Mathias Freese, author of Down to a Sunless Sea and The i Tetralogy, was kind enough to answer a few questions for us. This interview took place over the course of several emails.
Biblioklept: Have you ever stolen a book? If so, could you tell us a little bit about that?
Mathias Freese: No, I’ve never stolen a book.
B: Have you ever borrowed a book without returning it–purposefully or not?
MF: The amount of guilt for both of these questions, as a young boy, would be too much to bear; and then obsessing about it enters the picture and I’d end up in central casting auditioning for a role in The Possessed.
B: What are you currently reading?
MF: Dan Wakefield’s, New York in the Fifties. Living in Arizona, a geriatric Disneyland, I remember well Brooklyn – Brighton Beach, Manhattan Beach, and Coney Island. I grew up in the Fifties and Wakefield evokes the literary times very well – Ginsburg, Kerouac, Mailer – as well as the cultural sensibilities of the time. I was too young for all this but reading about it evokes Greenwich Village, egg creams, and a great bialy.
B: What are you writing right now?
MF: I am editing a novel, my first, written more than two decades ago. Sojourner is a philosophical tale dealing with the emigration of a young Chinese farmer to the Mountain of Gold (California) as it was called.
B: Sojourner sounds interesting. Is it research-based historical fiction? (Perhaps you hate to classify what you write into a specific genre, of course). Tell us more.
MF: Sojourner began as a 30 page short story in the years 1969 to 1972; I was working on a federal project dealing with racial-ethnic relations in the town of Freeport, on Long Island, NY. I had met a Chinese-American librarian who had written on the emigration to Gum Shan, Mountain of Gold. I researched only details that would be useful for verisimilitude, such as Gum Shan, and began a short story about the subject. The book ultimately reflects my own philosophical needs and emotional cravings for meaning. When submitted to publishers as a novel for young adults almost all of them wrote that I had made an error, and that this fiction was serious and for adults. Who knew? I do believe that the writer is the last to truly appreciate his work. The i Tetralogy which began in 1996, is a more thoroughly researched book , and it is a historical fiction on the Holocaust based on my experiences as an American Jew. I had read a significant amount of the literature on the Holocaust with no intent of being a writer. If you read my “On the Holocaust” in the Pages section of my website, you will get a rather complete statement of my point of view.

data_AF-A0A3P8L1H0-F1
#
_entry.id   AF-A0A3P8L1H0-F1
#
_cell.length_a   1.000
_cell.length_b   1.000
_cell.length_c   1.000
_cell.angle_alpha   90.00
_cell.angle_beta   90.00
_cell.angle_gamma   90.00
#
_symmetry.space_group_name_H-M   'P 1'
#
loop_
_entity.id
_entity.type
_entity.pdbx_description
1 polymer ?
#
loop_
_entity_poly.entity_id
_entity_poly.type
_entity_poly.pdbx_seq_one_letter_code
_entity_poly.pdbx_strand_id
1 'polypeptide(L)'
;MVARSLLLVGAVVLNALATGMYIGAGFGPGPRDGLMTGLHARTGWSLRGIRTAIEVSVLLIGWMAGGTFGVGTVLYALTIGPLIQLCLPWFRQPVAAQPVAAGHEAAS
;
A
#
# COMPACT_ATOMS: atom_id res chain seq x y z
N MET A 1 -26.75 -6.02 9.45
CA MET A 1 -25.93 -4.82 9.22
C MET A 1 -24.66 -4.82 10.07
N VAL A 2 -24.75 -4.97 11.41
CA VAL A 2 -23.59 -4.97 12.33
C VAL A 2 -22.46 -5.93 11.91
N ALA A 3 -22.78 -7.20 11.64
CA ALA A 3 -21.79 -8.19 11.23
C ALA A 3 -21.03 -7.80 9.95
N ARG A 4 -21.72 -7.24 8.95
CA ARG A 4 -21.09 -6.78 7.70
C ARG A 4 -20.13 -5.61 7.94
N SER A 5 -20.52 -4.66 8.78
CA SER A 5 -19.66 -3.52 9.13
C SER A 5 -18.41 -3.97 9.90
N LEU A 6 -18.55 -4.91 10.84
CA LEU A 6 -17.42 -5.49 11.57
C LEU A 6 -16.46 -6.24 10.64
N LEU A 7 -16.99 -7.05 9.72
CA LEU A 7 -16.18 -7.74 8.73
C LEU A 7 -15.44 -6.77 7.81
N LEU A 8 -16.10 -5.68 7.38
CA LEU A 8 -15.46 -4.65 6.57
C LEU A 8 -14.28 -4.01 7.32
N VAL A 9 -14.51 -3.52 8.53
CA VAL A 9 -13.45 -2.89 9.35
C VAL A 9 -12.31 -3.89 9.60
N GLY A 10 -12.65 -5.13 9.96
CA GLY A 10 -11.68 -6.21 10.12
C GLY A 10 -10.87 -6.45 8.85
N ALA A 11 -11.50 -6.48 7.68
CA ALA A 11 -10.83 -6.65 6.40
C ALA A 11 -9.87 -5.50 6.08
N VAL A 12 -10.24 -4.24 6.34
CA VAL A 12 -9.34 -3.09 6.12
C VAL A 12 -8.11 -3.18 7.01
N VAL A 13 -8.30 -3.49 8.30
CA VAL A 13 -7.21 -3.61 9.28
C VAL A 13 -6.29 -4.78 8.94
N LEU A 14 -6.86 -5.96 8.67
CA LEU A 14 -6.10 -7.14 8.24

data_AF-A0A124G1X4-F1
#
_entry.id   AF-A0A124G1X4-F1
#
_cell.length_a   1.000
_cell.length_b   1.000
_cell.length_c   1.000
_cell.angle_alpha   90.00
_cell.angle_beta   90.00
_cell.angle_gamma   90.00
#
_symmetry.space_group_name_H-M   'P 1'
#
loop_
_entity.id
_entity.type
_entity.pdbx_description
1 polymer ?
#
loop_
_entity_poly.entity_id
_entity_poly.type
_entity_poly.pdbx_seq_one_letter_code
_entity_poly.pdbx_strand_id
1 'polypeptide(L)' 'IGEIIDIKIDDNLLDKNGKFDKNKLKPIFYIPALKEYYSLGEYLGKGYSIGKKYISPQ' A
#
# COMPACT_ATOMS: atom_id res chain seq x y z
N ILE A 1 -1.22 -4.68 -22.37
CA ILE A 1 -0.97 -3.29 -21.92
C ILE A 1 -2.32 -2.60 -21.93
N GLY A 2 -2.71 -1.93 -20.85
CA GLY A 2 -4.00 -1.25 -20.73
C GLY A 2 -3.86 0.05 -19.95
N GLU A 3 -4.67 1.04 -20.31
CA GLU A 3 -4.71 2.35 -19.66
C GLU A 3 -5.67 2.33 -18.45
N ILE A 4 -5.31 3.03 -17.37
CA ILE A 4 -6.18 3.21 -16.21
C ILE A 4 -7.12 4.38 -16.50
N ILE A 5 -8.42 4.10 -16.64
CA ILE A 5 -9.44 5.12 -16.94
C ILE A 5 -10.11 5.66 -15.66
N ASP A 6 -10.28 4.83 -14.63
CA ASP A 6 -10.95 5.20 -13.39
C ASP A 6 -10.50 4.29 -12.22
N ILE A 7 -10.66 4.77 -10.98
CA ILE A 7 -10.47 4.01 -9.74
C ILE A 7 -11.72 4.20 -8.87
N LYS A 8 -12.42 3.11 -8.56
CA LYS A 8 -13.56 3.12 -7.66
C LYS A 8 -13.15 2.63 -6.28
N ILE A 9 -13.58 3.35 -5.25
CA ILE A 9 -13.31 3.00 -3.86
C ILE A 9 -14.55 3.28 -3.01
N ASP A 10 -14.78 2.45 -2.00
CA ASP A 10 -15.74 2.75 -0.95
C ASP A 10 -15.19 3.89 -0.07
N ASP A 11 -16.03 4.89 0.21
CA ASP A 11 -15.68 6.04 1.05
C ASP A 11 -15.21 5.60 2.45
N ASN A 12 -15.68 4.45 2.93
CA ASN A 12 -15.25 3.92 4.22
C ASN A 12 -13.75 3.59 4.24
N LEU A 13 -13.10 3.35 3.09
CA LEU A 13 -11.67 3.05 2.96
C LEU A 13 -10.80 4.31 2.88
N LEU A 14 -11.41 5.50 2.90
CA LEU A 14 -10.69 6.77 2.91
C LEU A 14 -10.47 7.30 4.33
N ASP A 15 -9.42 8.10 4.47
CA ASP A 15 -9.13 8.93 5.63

B: The Marxist critic Theodor Adorno famously declared: “To write poetry after Auschwitz is barbaric.” How do you interpret this remark?